Warning to look out for toxic algae in Christchurch waterways

Christchurch City Council is warning residents to look out for toxic algae in waterways after it was recently spotted in Wigram Pond.

Head of three waters Brent Smith said the toxic algae cyanobacteria appears in the city's waterways every summer and the recent hot and dry weather has made it more prevalent than usual.

Smith says the potentially toxic algae has been confirmed in at least one pond and could be present in others.

"Animals can get very sick if they ingest the algae, and dogs are naturally drawn to investigating its musty smell. If dogs lick or ingest the material it can be quick acting and fatal.” 

"Potentially toxic algae has recently been seen in Wigram Pond, but it’s important to remember that it can be present in any freshwater waterbody so learn what to look out for, and if in doubt keep your dog away from the water,” Smith said.

"The algae typically presents in rivers as dark brown or black mats, with a slimy or velvety texture and a musty smell. The algae can make water look cloudy, discoloured, or like it has small globules in it."

Te Mana Ora (Community and Public Health) has issued public health warnings for potentially toxic algae in a number of waterways across Canterbury:

Temporary health warnings

Water testing indicates moderate to high cover of toxic algae (benthic cyanobacteria) at these locations:

  • Rakahuri/Ashley River at Rangiora-Loburn Bridge – issued 20 December 2023
  • Rakahuri/Ashley River at SH1 – issued 5 December 2023
  • Waihao River Gum Tree Flat Road (Don's Hole) – issued 14 December 2023
  • South Bank Tributary of the Waiau/Uwha River above the Waiau Bridge – issued 13 December 2023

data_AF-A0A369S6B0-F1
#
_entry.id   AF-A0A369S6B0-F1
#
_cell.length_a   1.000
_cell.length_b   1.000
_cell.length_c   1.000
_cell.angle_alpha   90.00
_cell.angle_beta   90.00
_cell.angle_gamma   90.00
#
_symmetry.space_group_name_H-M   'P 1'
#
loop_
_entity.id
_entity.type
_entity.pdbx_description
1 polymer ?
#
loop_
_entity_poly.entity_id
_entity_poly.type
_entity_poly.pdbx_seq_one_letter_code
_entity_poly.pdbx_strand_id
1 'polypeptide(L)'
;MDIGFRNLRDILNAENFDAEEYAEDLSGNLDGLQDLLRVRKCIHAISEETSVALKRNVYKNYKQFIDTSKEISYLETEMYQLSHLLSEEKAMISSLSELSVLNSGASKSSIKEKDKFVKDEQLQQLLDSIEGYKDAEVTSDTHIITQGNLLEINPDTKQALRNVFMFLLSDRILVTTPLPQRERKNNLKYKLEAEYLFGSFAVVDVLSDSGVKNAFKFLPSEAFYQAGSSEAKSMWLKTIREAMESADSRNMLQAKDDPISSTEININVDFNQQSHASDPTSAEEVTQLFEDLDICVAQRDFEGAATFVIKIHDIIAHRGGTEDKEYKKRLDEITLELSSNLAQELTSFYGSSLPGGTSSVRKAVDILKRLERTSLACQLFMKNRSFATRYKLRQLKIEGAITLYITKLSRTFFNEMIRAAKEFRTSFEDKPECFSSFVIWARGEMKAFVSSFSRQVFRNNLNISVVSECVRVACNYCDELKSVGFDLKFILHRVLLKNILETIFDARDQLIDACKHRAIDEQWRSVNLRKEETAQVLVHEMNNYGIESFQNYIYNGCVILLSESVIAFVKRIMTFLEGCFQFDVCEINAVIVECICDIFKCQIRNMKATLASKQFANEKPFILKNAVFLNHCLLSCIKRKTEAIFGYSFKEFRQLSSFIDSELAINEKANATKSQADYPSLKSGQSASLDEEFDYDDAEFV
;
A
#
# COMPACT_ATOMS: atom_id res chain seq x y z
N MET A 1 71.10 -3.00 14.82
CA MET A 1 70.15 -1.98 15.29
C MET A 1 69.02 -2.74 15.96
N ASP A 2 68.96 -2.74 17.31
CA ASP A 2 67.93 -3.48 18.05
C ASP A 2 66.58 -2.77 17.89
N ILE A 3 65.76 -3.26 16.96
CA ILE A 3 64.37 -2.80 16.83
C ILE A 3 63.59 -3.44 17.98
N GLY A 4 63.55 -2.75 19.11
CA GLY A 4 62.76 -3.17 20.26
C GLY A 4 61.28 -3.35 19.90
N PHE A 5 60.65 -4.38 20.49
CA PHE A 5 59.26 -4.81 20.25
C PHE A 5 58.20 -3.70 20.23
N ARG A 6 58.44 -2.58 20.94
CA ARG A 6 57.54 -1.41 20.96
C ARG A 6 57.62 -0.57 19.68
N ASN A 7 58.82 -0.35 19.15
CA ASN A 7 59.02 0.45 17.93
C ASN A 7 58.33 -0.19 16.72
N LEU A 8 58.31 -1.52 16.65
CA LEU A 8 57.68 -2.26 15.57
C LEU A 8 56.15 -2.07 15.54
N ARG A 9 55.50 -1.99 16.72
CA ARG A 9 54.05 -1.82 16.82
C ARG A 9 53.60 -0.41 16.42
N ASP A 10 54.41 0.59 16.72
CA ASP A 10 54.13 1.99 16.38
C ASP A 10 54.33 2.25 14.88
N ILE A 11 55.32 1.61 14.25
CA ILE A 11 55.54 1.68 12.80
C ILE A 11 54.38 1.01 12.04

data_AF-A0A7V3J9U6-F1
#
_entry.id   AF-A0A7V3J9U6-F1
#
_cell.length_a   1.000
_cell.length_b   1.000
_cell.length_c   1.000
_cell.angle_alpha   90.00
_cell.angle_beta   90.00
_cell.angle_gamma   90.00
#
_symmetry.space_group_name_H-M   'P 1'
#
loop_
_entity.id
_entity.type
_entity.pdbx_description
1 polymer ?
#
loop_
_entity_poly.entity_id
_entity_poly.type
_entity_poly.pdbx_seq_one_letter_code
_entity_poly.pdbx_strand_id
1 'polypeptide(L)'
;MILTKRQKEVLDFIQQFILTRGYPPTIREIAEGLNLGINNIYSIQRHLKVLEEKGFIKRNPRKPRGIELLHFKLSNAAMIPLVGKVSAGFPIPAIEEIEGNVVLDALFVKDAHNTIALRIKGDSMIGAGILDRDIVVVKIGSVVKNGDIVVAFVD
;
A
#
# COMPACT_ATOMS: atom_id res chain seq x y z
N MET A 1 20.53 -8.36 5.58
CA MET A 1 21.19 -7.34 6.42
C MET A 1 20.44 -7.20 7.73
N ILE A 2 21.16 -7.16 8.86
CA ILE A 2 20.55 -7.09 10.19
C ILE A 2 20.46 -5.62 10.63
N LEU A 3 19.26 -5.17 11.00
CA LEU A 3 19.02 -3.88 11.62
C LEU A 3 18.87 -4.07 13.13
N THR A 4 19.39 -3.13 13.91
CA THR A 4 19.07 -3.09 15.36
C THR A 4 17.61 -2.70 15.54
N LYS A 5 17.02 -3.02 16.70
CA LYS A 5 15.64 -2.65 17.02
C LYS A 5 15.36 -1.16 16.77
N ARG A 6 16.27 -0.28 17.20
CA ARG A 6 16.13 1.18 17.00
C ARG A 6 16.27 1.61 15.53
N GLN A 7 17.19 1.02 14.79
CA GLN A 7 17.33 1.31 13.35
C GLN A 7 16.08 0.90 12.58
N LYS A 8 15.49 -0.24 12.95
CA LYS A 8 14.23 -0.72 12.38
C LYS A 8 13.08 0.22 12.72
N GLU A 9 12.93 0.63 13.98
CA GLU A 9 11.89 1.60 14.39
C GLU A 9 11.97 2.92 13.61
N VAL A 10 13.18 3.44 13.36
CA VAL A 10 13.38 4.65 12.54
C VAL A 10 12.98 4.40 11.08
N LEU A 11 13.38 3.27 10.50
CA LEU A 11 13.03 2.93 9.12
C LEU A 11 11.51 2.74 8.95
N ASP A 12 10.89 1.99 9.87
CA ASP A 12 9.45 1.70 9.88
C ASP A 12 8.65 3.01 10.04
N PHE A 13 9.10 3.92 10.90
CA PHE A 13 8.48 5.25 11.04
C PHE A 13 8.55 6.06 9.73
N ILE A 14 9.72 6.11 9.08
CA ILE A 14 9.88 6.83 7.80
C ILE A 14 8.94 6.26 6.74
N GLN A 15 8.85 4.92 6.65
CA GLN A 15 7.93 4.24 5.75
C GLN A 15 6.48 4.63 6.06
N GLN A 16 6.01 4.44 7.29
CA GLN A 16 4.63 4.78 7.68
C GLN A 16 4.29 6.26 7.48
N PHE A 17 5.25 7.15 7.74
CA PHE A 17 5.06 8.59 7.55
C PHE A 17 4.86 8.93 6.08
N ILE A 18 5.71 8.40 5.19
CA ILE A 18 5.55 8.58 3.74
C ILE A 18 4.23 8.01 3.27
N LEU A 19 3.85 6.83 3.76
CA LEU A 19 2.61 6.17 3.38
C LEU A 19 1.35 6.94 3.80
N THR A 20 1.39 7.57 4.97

• Temuka River at SH1 Bridge – issued 23 January 2024
  • Ōtipua/Saltwater Creek at SH1 Bridge and rowing club – issued 2 February 2024
  • Opihi River at Raincliff Bridge – issued 17 January 2024
  • Opihi River at Saleyards Bridge – issued 4 January 2024
  • Opihi River at Grassy Banks – issued 11 December 2023
  • Opihi River at SH1 – issued 5 December 2023
  • Waikirikiri/Selwyn River at Upper Huts – issued 18 January 2024
  • Waikirikiri/Selwyn River at Whitecliffs – issued 5 January 2024
  • Waikirikiri/Selwyn River at Glentunnel – issued 6 December 2023
  • Pareora River/Pureora at Pareora Huts – issued 1 December 2023
  • Pareora River/Pureora at SH1 – issued 1 February 2024
  • Waihao River at Bradshaws Bridge – issued 1 December 2023
  • Hae Hae Te Moana River – issued 21 November 2023

Cyanobacteria poisoning symptoms
Symptoms of cyanobacteria toxin poisoning in animals include lethargy, muscle tremors, fast breathing, twitching, paralysis, and convulsions. If you suspect your dog is suffering from cyanobacteria poisoning, contact your vet immediately. 

For humans, if you have been in contact with water containing cyanobacteria, you may experience tingling or numbness around the fingertips and/or mouth, breathing difficulty, gastrointestinal symptoms, or skin rashes. If you feel any of these symptoms after contact with a waterbody, seek medical advice from your doctor or contact Healthline on 0800 611 116.